In our study HSIL sites exhibit significantly lower values of A parameter relative to the non-HSIL sites. This result is in agreement with results from similar studies in the literature. In a study of 161 patients, Mirabal et al. [10] found that there is a gradual decrease in mean reflectance intensity as the severity of dysplasia increases. In studies by Nordstrom et al. [5], and Huh et al. [8], reflectance was found to differentiate between HSIL and normal sites in the transformation zone (squamous metaplasia), while fluorescence did not yield significant differences. For both studies it is not known whether the differences in reflectance spectra were due to a higher hemoglobin concentration, lower scattering, or a combination of the two effects. Furthermore, our study cannot be directly compared to these two studies, as our study compares HSIL to all clinically suspicious non-HSIL sites, including the LSIL sites, while their studies report LSIL and squamous metaplasia sites separately. Georgakoudi et al. [9]. also report lower reduced scattering coefficient (similar to A parameter) for distinguishing SILs from biopsied non-SILs. However, we cannot directly compare their findings to those of this study as they did not discriminate HSIL from non-HSIL. Finally, the findings of the follow-up clinical in vivo study conducted with the Quantitative Spectroscopy Imaging system (manuscript in preparation) were consistent with the findings of our study. This study also observed that after normalization by an internal standard, the A parameter alone provided the best diagnostic performance in differentiating HSIL from non-HSIL sites [33].

The lower value of the A parameter for HSIL sites compared to non-HSIL sites is also physically justified. Arifler et al. [34] used Monte Carlo modeling of cervical tissue to show that the smaller stromal reduced scattering coefficient is the major cause for decreased reflectance intensity of HSIL compared to normal squamous tissue. Degradation of stromal collagen by matrix metalloproteinase activity [19,20] is the likely explanation for the lower value of A parameter for HSIL sites compared to non-HSIL sites.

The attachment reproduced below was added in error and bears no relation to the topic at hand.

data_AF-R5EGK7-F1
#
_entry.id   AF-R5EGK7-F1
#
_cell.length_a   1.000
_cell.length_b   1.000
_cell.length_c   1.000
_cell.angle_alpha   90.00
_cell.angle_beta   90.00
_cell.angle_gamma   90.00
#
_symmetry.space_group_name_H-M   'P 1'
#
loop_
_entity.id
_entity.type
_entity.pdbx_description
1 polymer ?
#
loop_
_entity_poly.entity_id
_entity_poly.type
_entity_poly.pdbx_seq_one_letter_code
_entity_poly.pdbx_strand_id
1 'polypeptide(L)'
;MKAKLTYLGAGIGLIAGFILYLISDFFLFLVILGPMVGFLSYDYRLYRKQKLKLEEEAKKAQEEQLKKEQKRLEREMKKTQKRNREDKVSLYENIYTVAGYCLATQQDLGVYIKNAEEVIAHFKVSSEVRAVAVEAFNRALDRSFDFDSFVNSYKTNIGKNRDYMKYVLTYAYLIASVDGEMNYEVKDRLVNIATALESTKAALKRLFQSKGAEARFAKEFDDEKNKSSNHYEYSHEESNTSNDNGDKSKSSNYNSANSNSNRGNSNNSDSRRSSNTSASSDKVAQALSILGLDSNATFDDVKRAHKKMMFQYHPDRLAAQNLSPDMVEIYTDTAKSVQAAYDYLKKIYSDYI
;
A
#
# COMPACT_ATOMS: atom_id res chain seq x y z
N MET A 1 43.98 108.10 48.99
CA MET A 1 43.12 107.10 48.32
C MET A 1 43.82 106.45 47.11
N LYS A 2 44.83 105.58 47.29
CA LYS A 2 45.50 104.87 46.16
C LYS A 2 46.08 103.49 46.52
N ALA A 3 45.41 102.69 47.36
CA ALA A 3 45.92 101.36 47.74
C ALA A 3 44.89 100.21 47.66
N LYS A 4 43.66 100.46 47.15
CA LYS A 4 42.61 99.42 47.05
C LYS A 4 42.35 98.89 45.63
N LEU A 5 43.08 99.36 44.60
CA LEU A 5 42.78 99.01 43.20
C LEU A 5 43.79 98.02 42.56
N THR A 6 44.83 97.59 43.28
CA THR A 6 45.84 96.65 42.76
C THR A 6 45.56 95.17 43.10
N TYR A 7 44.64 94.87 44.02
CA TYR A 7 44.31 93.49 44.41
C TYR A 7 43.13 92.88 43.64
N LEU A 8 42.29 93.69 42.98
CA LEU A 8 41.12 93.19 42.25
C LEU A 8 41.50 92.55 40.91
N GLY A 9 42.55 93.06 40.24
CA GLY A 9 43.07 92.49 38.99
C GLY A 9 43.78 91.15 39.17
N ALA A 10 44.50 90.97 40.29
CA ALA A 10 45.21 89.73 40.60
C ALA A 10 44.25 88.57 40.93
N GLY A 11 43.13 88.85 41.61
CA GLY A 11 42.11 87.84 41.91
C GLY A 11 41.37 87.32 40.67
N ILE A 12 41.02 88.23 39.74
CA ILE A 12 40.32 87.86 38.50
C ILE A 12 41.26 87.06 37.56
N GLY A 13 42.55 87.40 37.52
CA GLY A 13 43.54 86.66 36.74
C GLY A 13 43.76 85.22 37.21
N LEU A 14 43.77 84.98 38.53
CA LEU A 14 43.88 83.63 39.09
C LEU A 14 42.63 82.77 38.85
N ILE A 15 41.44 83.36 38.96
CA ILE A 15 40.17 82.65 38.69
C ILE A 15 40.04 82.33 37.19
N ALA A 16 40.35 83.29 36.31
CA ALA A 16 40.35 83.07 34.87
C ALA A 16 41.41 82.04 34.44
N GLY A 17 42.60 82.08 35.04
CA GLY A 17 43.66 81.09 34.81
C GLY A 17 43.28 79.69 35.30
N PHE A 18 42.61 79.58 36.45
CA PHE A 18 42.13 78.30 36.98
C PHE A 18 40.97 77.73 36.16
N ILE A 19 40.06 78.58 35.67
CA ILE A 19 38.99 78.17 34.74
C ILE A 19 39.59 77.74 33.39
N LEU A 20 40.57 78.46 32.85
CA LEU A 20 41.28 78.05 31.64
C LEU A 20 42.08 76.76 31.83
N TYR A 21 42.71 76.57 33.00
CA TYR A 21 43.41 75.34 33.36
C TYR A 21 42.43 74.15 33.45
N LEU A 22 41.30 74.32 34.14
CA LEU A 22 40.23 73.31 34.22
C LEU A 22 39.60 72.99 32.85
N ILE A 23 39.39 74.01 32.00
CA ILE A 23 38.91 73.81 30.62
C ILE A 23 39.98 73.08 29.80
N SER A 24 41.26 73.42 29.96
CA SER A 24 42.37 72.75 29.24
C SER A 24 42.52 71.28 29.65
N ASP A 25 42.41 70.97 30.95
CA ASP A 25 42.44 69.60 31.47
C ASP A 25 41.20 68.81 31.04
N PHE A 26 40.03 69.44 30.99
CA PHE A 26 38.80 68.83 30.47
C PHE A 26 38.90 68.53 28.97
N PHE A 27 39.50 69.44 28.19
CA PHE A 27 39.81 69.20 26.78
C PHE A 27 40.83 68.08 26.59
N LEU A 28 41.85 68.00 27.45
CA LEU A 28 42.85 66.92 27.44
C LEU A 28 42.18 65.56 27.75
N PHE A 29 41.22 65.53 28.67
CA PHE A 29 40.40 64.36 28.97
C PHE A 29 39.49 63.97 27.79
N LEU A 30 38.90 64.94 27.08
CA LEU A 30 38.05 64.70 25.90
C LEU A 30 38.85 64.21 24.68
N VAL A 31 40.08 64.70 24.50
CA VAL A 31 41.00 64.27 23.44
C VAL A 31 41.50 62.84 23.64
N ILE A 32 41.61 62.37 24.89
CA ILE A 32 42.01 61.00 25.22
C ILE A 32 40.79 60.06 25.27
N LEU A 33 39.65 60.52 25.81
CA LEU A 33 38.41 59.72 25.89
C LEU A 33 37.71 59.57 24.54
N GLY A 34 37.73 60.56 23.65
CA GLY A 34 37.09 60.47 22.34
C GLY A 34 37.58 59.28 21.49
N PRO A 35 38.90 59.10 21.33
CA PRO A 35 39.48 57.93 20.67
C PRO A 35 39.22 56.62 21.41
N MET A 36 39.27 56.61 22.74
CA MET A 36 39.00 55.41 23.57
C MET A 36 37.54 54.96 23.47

We also observe higher hemoglobin concentration of HSIL sites relative to the non-HSIL sites. Higher hemoglobin concentration in HSIL sites compared to other tissue types has been noted by Chang et al. [4] Additionally, Marin et al. [2] report that hemoglobin features of the reflectance tissue spectra are more prominent in abnormal tissue compared to normal squamous tissue. However, studies that considered diagnosing HSIL within clinically suspicious sites, such as Georgakoudi et al. [9], as well as Mourant et al. [11] reported no significant change in the hemoglobin concentration between HSIL and non-HSILs.

Our finding of higher hemoglobin oxygenation for HSIL sites compared to non-HSIL within the clinically suspicious sites is consistent with the results of a study by Mourant et al. [11] which also looked at the difference between HSIL and clinically suspicious non-HSIL sites, 90% of which were found in the transformation zone. The source of higher hemoglobin oxygenation for HSIL sites is not well understood and needs further investigation.

We find that the effective blood vessel radius is increased for HSIL sites compared to non-HSIL sites. This may be due to the presence of dilated atypical blood vessels associated with precancerous and cancerous changes [35].

Finally, we observe decreased Coll for HSIL sites compared to non-HSIL sites. This observation is consistent with decreased collagen fluorescence due to degradation of collagen matrix, increased NADH fluorescence due to changes in cellular metabolism, or a combination of both. The increase in epithelial thickness is not a source of this feature, since there was no significant difference in measured epithelial thickness between HSIL and non-HSIL sites in our study. Increased NADH contribution of SILs compared to non-SILs within the transformation zone has been observed by Georgakoudi et al. [9] Chang et al. [4] report a decreased stromal collagen contribution; however, their study included clinically normal squamous sites. Studies by Nordstrom [5], and Huh [8], which utilize 340 nm fluorescence, reported no significant differences between HSIL and normal sites in the transformation zone (squamous metaplasia). A study of Ramanujam et al. reported that 340 nm excitation HSIL sites could not be differentiated from non-HSIL sites in the transformation zone (cervical intraepithelial neoplasia 2/3 (equivalent to HSIL) vs. squamous metaplasia).